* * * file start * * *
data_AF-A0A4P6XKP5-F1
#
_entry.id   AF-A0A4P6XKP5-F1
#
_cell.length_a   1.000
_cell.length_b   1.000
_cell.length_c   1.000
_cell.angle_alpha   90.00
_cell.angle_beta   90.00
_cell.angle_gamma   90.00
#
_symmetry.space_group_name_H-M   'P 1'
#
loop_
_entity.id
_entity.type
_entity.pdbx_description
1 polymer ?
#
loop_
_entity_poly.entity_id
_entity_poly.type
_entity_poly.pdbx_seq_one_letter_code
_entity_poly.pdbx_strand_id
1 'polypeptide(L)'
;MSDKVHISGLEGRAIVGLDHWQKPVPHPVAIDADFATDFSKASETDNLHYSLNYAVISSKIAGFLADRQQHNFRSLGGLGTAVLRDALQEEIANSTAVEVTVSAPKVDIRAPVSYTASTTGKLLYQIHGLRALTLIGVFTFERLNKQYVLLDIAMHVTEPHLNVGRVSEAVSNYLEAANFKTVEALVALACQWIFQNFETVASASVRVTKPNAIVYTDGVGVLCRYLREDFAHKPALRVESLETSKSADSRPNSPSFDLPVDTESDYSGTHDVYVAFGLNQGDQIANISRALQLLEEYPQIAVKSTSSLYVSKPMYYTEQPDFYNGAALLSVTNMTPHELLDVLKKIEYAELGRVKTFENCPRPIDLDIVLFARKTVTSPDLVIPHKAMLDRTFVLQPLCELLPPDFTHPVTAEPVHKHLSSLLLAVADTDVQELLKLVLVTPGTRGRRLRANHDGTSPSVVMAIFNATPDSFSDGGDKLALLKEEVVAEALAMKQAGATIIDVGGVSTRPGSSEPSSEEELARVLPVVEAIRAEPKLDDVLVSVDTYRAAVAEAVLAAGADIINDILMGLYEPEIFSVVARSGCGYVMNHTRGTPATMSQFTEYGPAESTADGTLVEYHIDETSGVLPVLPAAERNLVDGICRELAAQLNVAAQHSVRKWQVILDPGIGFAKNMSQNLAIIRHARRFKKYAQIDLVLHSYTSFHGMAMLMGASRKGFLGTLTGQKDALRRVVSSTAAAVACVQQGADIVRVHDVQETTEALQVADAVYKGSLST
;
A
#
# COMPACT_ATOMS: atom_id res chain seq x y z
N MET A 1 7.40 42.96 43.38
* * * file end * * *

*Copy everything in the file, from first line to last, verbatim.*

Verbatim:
data_AF-A0A4P6XKP5-F1
#
_entry.id   AF-A0A4P6XKP5-F1
#
_cell.length_a   1.000
_cell.length_b   1.000
_cell.length_c   1.000
_cell.angle_alpha   90.00
_cell.angle_beta   90.00
_cell.angle_gamma   90.00
#
_symmetry.space_group_name_H-M   'P 1'
#
loop_
_entity.id
_entity.type
_entity.pdbx_description
1 polymer ?
#
loop_
_entity_poly.entity_id
_entity_poly.type
_entity_poly.pdbx_seq_one_letter_code
_entity_poly.pdbx_strand_id
1 'polypeptide(L)'
;MSDKVHISGLEGRAIVGLDHWQKPVPHPVAIDADFATDFSKASETDNLHYSLNYAVISSKIAGFLADRQQHNFRSLGGLGTAVLRDALQEEIANSTAVEVTVSAPKVDIRAPVSYTASTTGKLLYQIHGLRALTLIGVFTFERLNKQYVLLDIAMHVTEPHLNVGRVSEAVSNYLEAANFKTVEALVALACQWIFQNFETVASASVRVTKPNAIVYTDGVGVLCRYLREDFAHKPALRVESLETSKSADSRPNSPSFDLPVDTESDYSGTHDVYVAFGLNQGDQIANISRALQLLEEYPQIAVKSTSSLYVSKPMYYTEQPDFYNGAALLSVTNMTPHELLDVLKKIEYAELGRVKTFENCPRPIDLDIVLFARKTVTSPDLVIPHKAMLDRTFVLQPLCELLPPDFTHPVTAEPVHKHLSSLLLAVADTDVQELLKLVLVTPGTRGRRLRANHDGTSPSVVMAIFNATPDSFSDGGDKLALLKEEVVAEALAMKQAGATIIDVGGVSTRPGSSEPSSEEELARVLPVVEAIRAEPKLDDVLVSVDTYRAAVAEAVLAAGADIINDILMGLYEPEIFSVVARSGCGYVMNHTRGTPATMSQFTEYGPAESTADGTLVEYHIDETSGVLPVLPAAERNLVDGICRELAAQLNVAAQHSVRKWQVILDPGIGFAKNMSQNLAIIRHARRFKKYAQIDLVLHSYTSFHGMAMLMGASRKGFLGTLTGQKDALRRVVSSTAAAVACVQQGADIVRVHDVQETTEALQVADAVYKGSLST
;
A
#
# COMPACT_ATOMS: atom_id res chain seq x y z
N MET A 1 7.40 42.96 43.38